The Sunday Poem: Iain Haley Pollock

 

 

 

 

Child of the Sun

 

Great Great Aunt Aida
trained her lapdog
to attack dark-skinned men.
A shake of her high-yaller head
and a suck on her ivory teeth,
and the Scottish terrier slipped
through the fence pickets
to nip at a tar baby’s ankles.

Somewhere in her heaven,
Aunt Aida fusses today:
the lightest Haley yet,
naked to the waist
in a plastic lawn chair,
I’m a line cook browning
limbs in a skillet’s thick oil,
a tanner of calf hide
curing skin in the sun.

Aida dreamed the family
would fade into a whiteness
of table manners and book learning,
and with me she came close.
But Mom must have eaten
a pig’s foot when she was pregnant,
or dialed up the volume on those
Aretha records. Or I took it too hard,
that time in the grocery store

when a woman confused Mom
for my nanny–I bronze in the yard
all afternoon, hoping to blind
my eyes with scales and molt
like a sidewinder, to leave behind
a trail of skin, brittle, flaking, and white,
cracking and split in the sun.

 

 

 

 

 

About Iain Haley Pollock

(Photo by Rachel Eliza Griffiths)

Iain Haley Pollock’s first collection of poems, Spit Back a Boy, won the 2010 Cave Canem Poetry Prize. He lives in Philadelphia and teaches at Springside Chesnut Hill Academy, where he is the Cyrus H. Nathan ’30 Distinguished Faculty Chair for English.

 
In the January/February 2012 issue of Poet’s and Writers, Pollock says that he finds inspiration for his work from “Stories of family, friends, and neighbors; the high murder rate in Philadelphia; the early Chicago electric blues; the Catholic Mass; the endurance of slavery; autumn; the jazz of Miles Davis and Charles Mingus; Jewish mourning rituals; the painter Barkley Hendricks; the trees on the Schuylkill River walk and at Springside Chestnut Hill Academy; Philadelphians’ eccentricities; lake-effect snow; and, of course, the beautiful woman with whom I live.”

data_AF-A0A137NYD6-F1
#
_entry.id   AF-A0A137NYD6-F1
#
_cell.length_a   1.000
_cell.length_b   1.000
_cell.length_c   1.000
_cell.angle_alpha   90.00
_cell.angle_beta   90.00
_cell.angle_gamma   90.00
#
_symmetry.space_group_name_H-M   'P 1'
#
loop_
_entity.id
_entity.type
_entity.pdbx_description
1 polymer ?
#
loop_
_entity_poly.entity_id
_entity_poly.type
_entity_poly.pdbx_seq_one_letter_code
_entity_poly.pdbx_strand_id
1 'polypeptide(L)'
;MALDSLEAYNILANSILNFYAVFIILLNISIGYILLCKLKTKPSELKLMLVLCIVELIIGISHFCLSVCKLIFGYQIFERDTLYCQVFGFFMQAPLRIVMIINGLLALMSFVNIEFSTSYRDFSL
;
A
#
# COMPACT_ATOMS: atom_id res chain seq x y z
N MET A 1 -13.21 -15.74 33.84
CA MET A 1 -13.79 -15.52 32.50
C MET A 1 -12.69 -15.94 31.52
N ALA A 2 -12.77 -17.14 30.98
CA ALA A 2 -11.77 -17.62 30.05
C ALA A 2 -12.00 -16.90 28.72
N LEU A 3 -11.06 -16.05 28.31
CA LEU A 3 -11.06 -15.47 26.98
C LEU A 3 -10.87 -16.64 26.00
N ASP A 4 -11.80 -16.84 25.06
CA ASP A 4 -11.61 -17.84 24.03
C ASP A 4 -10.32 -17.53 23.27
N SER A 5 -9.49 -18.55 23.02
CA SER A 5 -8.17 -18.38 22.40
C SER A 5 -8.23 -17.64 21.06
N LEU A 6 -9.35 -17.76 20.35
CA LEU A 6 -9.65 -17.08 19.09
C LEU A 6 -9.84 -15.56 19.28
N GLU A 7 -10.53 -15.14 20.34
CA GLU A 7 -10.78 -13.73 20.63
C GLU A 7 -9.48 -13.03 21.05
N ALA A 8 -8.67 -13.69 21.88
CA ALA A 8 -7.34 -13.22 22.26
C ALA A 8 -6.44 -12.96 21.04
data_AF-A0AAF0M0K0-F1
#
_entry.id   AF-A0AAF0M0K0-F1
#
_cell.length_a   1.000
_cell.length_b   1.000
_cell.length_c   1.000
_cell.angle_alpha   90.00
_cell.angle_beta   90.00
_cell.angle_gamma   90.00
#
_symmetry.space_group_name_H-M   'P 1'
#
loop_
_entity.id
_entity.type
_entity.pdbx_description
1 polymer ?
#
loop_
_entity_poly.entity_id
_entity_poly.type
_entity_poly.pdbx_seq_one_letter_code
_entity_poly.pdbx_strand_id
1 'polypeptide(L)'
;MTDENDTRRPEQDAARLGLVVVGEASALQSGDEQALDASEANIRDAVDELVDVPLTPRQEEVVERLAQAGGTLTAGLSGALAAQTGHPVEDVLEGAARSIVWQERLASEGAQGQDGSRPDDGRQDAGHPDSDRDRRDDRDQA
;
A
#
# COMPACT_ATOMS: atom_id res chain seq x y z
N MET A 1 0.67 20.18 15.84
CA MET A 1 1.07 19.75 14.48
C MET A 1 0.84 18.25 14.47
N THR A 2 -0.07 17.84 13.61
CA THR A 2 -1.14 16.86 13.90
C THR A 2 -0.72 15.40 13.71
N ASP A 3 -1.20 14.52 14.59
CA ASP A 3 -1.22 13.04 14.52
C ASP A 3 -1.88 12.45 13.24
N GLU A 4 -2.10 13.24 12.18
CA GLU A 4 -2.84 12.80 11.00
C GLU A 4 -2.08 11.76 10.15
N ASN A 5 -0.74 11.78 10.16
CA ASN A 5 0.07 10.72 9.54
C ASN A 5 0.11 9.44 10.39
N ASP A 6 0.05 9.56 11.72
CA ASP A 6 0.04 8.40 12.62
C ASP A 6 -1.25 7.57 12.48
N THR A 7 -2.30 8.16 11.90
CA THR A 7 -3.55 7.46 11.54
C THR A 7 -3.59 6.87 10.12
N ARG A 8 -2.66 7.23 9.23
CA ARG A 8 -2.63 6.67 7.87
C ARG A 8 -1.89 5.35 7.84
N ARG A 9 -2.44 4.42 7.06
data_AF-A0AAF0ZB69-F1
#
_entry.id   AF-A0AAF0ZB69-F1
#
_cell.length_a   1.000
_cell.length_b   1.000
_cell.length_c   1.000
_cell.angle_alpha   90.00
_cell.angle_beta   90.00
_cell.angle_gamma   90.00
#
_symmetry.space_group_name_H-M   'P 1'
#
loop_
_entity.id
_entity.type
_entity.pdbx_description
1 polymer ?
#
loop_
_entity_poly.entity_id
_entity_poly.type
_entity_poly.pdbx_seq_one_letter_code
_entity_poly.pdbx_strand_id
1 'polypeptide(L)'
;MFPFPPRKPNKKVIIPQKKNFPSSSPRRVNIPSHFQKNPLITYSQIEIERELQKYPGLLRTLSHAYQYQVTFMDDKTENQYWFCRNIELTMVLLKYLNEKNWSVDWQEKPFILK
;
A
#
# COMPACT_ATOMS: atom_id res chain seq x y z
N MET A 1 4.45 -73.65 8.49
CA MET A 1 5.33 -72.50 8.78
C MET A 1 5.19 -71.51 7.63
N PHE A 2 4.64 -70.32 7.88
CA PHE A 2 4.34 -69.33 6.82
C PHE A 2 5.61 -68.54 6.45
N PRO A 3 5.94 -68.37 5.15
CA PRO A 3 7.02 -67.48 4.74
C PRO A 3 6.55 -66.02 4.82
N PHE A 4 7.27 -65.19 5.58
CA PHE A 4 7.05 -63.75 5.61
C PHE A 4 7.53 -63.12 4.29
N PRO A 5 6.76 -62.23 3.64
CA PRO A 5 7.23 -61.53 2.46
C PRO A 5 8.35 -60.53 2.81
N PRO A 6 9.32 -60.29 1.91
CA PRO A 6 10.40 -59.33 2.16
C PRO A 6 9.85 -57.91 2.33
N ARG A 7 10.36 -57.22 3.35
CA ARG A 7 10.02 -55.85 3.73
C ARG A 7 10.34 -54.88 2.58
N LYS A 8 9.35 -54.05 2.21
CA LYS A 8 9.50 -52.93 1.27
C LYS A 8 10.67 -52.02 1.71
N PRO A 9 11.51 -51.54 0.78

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“Child of the Sun” © Iain Haley Pollock. The poem appears in Pollock’s debut collection Spit Back a Boy and was reprinted with permission from the author.

 

By | 2016-11-11T21:53:32+00:00 12.30.11|The Sunday Poem, Words|1 Comment

About the Author:

I'm a writer, photographer, and the creator of Gwarlingo, a crowd-funded arts & culture journal that covers contemporary art, music, books, film, and the creative process. I’ve spent nearly 20 years as an arts enabler, helping thousands of successful artists of all disciplines and working to make the arts more accessible. From 1999-2012 I worked at The MacDowell Colony, the nation’s oldest artist colony, but I’ve also done time at an arts magazine, a library, and an art museum in Atlanta. For two years I cared for injured eagles, hawks, and owls at a raptor rehabilitation center in Vermont. In May of 2012 I left MacDowell to pursue writing, speaking, consulting, and creative projects full-time. (You can check out my recent projects here.) I’ve appeared as an arts and culture commentator on New Hampshire Public Radio, served as the judge for A Room of Her Own Foundation’s Orlando Literary Prize, and received fellowships from the Hambidge Center and Brush Creek Foundation for the Arts. My writing and photography have appeared in RISD XYZ magazine, 2Paragraphs, Psychology Today, Born Journal, and other publications. I offer one-on-one coaching sessions, group workshops, and speak to businesses, arts groups, and students about overcoming the psychological and practical barriers to producing your best work. (Read more here .) If you'd like to work with me one-on-one or hire me to speak at your school, business, or organization, please contact me at michelle (at) gwarlingo (dot) com. -

One Comment

  1. Tammy January 1, 2012 at 7:23 am

    This poem was arresting, as though time paused briefly as I read it. I’ve been thinking a lot lately about identity and the differences in the identities we claim for ourselves and those that others would choose for us, and it was as though this poem chose me this morning. Thank you!

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